Albert: I don’t know what’s next. I think about it a lot. I have vague ideas for the next project that I’m working on, jotting ideas down. I’m starting to gather some early string. I wanted to give myself more time to process and transition this time around than the first time around. I started this book a year before the first book came out. That was fine, but I feel like I’ve been working two jobs for like eight years. One of my goals has been to slow down a little bit to take a step back, read broadly, explore some curiosities, develop my inner child once more, not just read about interests that I haven’t thought about in a while, and come from a fresh place. I want the next book to be from a different writer, basically, with a different set of knowledge, interests. I don’t know yet. I definitely know I want it to be different than the first two books, whatever that means. I want it to feel different, a different texture.

In terms of advice for anyone working on a book, I really do believe that the more time you can put into it, the better it will be. I mean that in a very linear sense, or into infinity. If you spend a hundred years on a book, it would be better than if you’d spent fifty years, and so on. It’s all that point of diminishing returns. You can’t, obviously, practically, spend twenty years on a book because, one, you got to get paid for it. Two, you’re probably going to be sick of it by then. I don’t think I could imagine spending less than five years on a book, or four years. As we talked about earlier, so many of the ideas just need time to manifest and process. Those nights you’re lying in bed thinking about the project or when — for me, a lot of the ideas just chisel away at them. It’s not that there’s these major breakthroughs that just come while you’re writing. It comes when I’m standing in the shower just thinking about some chapter and how to connect some threads together. They don’t happen every time I think about it in the shower, but it’s like chipping away at a wall knowing that eventually — you don’t know when you’ll get to the end of the wall, but you’ll eventually break through. You sort of have to earn the breakthroughs. It’s about knowing that they’re not always going to come. I always tell reporters how so much of reporting is failure. You call a hundred people, ninety-five of them are going to not talk to you, not respond, or hang up in your face. You just have to know you have to make the hundred calls for the five calls. If you need five calls, you have to make a hundred calls. You have to know that coming in.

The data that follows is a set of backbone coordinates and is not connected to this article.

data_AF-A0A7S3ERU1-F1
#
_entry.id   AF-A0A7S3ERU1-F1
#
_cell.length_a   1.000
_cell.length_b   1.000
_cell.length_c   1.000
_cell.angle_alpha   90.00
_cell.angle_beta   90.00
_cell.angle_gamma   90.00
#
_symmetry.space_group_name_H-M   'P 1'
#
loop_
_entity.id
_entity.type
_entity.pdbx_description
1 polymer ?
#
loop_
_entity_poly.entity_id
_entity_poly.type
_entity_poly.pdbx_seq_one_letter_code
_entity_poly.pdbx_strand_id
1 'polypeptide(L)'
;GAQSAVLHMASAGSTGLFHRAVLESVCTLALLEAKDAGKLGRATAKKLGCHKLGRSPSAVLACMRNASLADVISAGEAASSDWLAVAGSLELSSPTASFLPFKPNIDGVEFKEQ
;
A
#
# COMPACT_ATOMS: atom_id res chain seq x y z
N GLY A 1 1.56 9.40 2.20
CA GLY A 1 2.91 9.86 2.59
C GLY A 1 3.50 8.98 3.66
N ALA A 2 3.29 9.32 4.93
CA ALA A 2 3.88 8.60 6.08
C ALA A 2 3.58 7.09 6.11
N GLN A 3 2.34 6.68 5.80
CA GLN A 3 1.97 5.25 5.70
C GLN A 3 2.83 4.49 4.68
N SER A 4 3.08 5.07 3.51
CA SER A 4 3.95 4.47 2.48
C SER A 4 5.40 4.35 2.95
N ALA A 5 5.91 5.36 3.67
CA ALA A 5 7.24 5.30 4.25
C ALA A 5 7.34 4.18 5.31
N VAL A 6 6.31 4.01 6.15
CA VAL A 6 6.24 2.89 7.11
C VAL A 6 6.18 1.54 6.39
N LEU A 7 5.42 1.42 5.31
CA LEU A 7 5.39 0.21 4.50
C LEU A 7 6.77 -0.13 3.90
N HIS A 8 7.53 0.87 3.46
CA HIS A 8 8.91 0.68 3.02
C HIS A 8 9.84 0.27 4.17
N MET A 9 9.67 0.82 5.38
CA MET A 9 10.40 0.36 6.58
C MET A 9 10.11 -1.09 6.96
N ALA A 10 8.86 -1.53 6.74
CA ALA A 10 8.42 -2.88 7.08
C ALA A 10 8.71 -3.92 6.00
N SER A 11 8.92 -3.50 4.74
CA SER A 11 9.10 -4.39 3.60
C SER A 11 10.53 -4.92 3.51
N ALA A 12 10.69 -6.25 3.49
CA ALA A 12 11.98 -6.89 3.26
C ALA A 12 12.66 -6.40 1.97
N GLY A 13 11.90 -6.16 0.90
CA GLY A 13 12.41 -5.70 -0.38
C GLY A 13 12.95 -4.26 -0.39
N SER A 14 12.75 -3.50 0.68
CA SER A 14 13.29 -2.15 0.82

I think it’s like that writing a book. If you want the ideas to develop, you have to give them time. You have to do things that inspire the ideas. Go to museums. It’s not just the writing of sitting down and typing and doing interviews and researching. It really does require a lot of thought. The people I often feel bad for are the seemingly fortunate people that — you write a big magazine article. Publisher hits you up. Oh, this is great. Let’s turn this into a book. You have eighteen months. Naturally, that process will be a process of just expanding the story you already have because you only have eighteen months to develop it. To create a whole new story, a brand-new story requires more time. My top advice is, give yourself as much time as you can, whether that’s working the job you need to work to pay the bills so that you can spend nights working on the book or chipping away, double-dipping, if you’re a journalist, with some of the projects you’re working on for your day job. I didn’t go on book leave for my first book. Then for the second book, I probably ordered six weeks of book leave. For me, it was like, yeah, I couldn’t have done that in a year. I had to stretch it out. I think it worked out fine in terms of developing the idea. That’s what I’d say. The more time you can buy yourself, the easier, the more fulfilling I think it’ll be.

Zibby: Awesome. Amazing. Thank you, Albert, for coming on. I will be thinking of you and your mom. I’m hoping she’s okay. All of your story, it just really sunk in and was very powerful. I’m really glad I got to read about your life. Thank you.

Albert: Thanks so much for having me. A pleasure. Great chatting.

Zibby: Take care. Bye.

Albert: Thank you. You too. Peace.

Albert Samaha, CONCEPCION

CONCEPCION by Albert Samaha